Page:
"Holiday Retail Sales 2010"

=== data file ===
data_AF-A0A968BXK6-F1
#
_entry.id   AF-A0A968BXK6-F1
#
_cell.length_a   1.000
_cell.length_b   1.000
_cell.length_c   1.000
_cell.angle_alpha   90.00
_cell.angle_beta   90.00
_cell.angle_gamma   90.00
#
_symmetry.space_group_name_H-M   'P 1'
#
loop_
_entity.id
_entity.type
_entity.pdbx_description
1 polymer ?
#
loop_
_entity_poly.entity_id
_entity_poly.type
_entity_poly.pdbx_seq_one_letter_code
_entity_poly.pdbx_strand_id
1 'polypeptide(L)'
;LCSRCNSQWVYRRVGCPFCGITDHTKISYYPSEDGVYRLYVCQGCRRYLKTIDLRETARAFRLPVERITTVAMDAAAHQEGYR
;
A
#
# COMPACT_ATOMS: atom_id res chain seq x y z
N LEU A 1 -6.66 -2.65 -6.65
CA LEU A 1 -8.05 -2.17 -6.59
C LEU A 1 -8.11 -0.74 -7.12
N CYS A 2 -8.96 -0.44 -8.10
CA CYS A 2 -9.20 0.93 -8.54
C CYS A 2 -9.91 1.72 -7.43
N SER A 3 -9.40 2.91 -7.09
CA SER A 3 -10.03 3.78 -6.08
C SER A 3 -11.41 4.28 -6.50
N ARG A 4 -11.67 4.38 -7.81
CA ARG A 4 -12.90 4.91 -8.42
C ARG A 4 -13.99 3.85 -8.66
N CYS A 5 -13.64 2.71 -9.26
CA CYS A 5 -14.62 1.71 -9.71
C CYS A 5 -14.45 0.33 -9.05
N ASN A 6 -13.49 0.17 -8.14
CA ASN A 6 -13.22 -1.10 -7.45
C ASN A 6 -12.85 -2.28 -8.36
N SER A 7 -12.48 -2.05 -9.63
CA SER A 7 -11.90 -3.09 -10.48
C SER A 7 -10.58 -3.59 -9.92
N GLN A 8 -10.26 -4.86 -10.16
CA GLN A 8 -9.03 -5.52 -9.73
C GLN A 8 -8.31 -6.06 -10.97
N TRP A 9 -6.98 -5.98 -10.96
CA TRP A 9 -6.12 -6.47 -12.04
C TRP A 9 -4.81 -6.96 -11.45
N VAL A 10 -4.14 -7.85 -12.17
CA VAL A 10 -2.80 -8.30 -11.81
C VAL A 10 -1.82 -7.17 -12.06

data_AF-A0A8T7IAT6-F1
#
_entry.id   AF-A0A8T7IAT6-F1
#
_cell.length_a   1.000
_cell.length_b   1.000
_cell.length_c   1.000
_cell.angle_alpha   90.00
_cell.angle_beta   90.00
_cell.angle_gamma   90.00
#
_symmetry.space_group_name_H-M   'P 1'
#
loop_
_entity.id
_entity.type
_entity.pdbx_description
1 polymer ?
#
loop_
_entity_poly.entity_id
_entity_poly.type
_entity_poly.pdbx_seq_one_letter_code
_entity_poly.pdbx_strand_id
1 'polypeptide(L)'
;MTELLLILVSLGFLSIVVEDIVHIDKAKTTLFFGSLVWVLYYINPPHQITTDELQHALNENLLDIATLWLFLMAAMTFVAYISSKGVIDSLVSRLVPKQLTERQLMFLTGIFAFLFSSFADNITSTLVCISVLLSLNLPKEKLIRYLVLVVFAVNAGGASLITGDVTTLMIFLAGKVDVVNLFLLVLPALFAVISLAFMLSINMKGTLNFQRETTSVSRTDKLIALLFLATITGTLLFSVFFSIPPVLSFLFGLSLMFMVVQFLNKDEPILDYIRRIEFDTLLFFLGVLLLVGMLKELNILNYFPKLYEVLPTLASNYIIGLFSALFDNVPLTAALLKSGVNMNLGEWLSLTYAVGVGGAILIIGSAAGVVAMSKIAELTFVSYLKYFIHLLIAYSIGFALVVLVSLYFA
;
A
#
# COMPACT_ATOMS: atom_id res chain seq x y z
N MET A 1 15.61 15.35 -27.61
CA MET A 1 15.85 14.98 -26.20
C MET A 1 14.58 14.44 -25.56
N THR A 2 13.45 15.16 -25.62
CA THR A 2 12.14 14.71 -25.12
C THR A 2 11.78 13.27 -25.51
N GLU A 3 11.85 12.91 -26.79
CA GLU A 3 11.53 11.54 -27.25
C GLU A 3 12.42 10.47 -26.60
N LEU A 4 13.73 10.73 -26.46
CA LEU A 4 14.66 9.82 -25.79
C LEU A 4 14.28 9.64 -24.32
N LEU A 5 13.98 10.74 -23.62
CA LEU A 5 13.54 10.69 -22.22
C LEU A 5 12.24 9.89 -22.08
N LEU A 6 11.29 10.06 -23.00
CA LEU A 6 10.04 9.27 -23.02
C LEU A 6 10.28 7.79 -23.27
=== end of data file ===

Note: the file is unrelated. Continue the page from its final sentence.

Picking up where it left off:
Ball State UniverSity Center for BUSineSS anD eConoMiC reSearCH 2010 Holiday Retail Sales holiday sales in 2010 will echo the tentative recovery taking foothold across the country. While the end of the recession has boosted prospects for the overall economy, consumer spending this holiday season will still be well below the 2007 level. our model predicts this holiday season to be on most like the 2006 season, but will be a 2.3 percent improvement from 2009. Michael Hicks, PhD The Recession and consumeR spending food items likewise continued to grow, but at Center for Business and The recession formally lasted from Fourth a faster pace than population growth would Economic Research Quarter 2007 through Second Quarter 2009. suggest. While a portion of this could be During this time, consumer spending on du- attributable to higher food prices and the Ball state University rable goods plummeted. This can be traced expansion of the club store format, at least a to the declines in wealth and incomes and part of this shift in spending is a consequence by lower credit availability for many house- of consumer behavior changes due to the holds. Household wealth was pummeled by recession. These changes include substituting the decline in home values and significant the purchase of luxury good for staples and decrease in stock market returns. Roughly 1 eating out less often. in 20 workers remain unemployed solely due Table 1: Retail Sale Changes to the recession, resulting in lower incomes, December 2006 - December 2009 while perhaps three times than number saw percent change fewer working hours, less overtime or other Automobiles -18.9% reductions in household earnings. The tight- Big Box Stores -4.4% ening of credit standards, especially for low Clothing Stores -40.0% income households, also reduced demand for Club Stores 12.3% consumer goods. The declines in retail sales Consumer Electronics -13.8% were particularly startling in some sectors. As Department Stores -29.6% Table 1 illustrates, holiday sales were down Drinking Places -5.7% significantly in such sectors as clothing stores, Food Stores 5.4% automobile dealerships, furniture stores, and Furniture -16.8% traditional department stores. However, the decline in sales overall was accompanied General Merchandise 0.7% by a shift in spending patterns. Over the Jewelry -12.4% recession, US households shifted spending Used Goods Stores 7.1% towards club stores (Costco, Sam’s, etc.), Total Retail sales -2.0% which saw a 12.3 percent increase. Sales of Source: U.S. Census CBER holiday FoRECast 1 NovEmBER 2010 Table 2: The Ball State Retail Forecast Big-box stores will have a difficult year in terms of total sales. percent change from... Much of this will be due to continued flagging sales at many last year 2008 2007 2006 big-box stores which have been opened for more than one Automobile Sales 5.3% 12.8% -12.3% -14.6% year. This problem has especially plagued Wal-Mart through Big Box Stores -1.4% 1.1% -3.9% -5.8% this recession. However, Target and K-Mart as well as many re- Club Stores 7.8% 10.3% 12.5% 21.0% gional big-box retailers will be responding with steep discounts Clothing 26.9% -10.7% -21.9% -23.8% this holiday season. A part of this shift may be due to the Department Stores 10.1% -8.1% -18.1% -22.5% expansion of the club store format which may be pulling sales Drinking Places 7.3% -9.6% -2.0% 1.3% from traditional big-box stores. It is worth noting also, that Consumer Electronics 9.1% 3.9% -5.9% -5.9% a share of this change may be simply due to census classifica- Food Stores 2.4% 3.6% 3.5% 7.9% tion of big-box stores which are increasingly selling food items Furniture 3.9% -1.4% -11.7% -13.5% in combination grocery-department store settings. So, even General Merchandise 6.0% 7.2% 4.6% 6.8% with what I predict as a difficult season for big-box stores, the Jewelry 0.5% 18.1% -7.8% -11.9% format remains alive and well. Used Goods -5.1% -1.5% -6.1% 1.7% Total Retail sales 2.3% 7.7% -1.7% 0.2% In one of the most telling recession related stories, we predict Source: U.S. Census, Author’s Calculator a decline in sales at used goods stores. While this is a small share of the overall retail economy, its growth outpaced all retail formats except for club stores over the recession. As unemployment fears have waned, so too have the fortunes of The 2010 FoRecasT used goods retailers. For this year, we forecast retail sales based on a statistical model which accounts for seasonality, policy issues (such as the end of Overall, we expect retail sales to increase 2.3 percent this Cash for Clunkers and the first time home buyers tax credits), December from the same time in 2009. However, this is still interest rates, the unemployment rate, consumer sentiment below the level seen at the high tide of holiday sales in De- from the University of Michigan’s Consumer Sentiment Sur- cember 2007. Retailers have not yet recovered ground from vey and the Purchasing Managers Index from the Institute of this recession. Figure 1 shows both the seasonality and recent Supply Management. declines in retail sales. This forecast provides mixed hope for retailers. We expect auto- a summaRy and implicaTions ThRough 2011 mobile sales to be much better than last year, but still far behind both 2007 and 2008 levels. We also expect strong growth, as Retailers depend heavily on the holiday season, with some shown in Table 2, in drinking places, club stores, clothing, tra- sectors seeing a full quarter of annual sales from Black Friday through New Year’s Eve. The viability of many retail estab- ditional department stores, consumer electronics, furniture, and lishments depends upon a robust holiday season. The decline general merchandise. in retail sales is very consistent with the overall changes to the US economy and harmonizes closely with the shrinking US Increases in consumer electronic sales bode well for some do- consumer debt that has accompanied this recession. Retailers mestic manufacturers, though the bulk of consumer electronics face growing pressure to perform over this season as infor- are manufactured outside the United States. The increase in mation technology permit more immediate analysis of their automobile sales also reflects a rebound, though quite tepid performance. Such issues as the level of in-store discounting overall, for the automobile market in the U.S. and the expected size of post holiday sales keeps decision The robust growth in clothing sales represents a true rebound makers from retailers in small towns such as Bentonville, for specialty clothing sales in the U.S, such as Kohl’s. A strong Arkansas closely monitoring the season. holiday showing here may spell the end of the ubiquitous advertisements for two for one suit sales that pepper any male The use of gift cards will continue to spread the season oriented television event (e.g. Jos. A. Banks). through the end of December, making retail stores busy CBER holiday FoRECast 2 NovEmBER 2010 Figure 1: Monthly Retail Sales, 2005 to 2010 in millions $500 highesT sales December 2007 FoRecasTed sales Sept. - Dec. 2010 $400 $300 Recession December 2007 - June 2009 $200 2005 2006 2007 2008 2009 2010 2011 Source: U.S. Census through the holiday season. A longer than usual holiday sales season (30 days from Black Friday to Christmas) will also mask the implications of daily revenue numbers. The past two years, especially through 2009 have seen the closing of many retailers, especially in less populated areas. The loss of these establishments has largely run its course, and no such nationwide shrinking of the retail footprint should be expected in 2011. Also, policy uncertainty continues to plague all sectors of the US economy. As of this writing, taxes on three-fourths of all American households will rise beginning January 1, 2011. While the largest total tax increases projected for 2011 fall in higher income categories, the largest percentage increase will occur in the lowest income households. For example, a household with income of $40,000 could see its Federal income tax liability rise from zero to $1,500 per year. This uncertainty may well weigh on the minds of consumers as they plan and budget their holiday sales. This holiday season will see a much better retail environment as the economy continues to expand. If our predicted 2.3 percent growth for 2010 over 2009 is correct, the US retail sector will have its best showing since 2007, but will still not have recovered from the significant consumer spending declines that accompanied the recession. CBER holiday FoRECast 3 NovEmBER 2010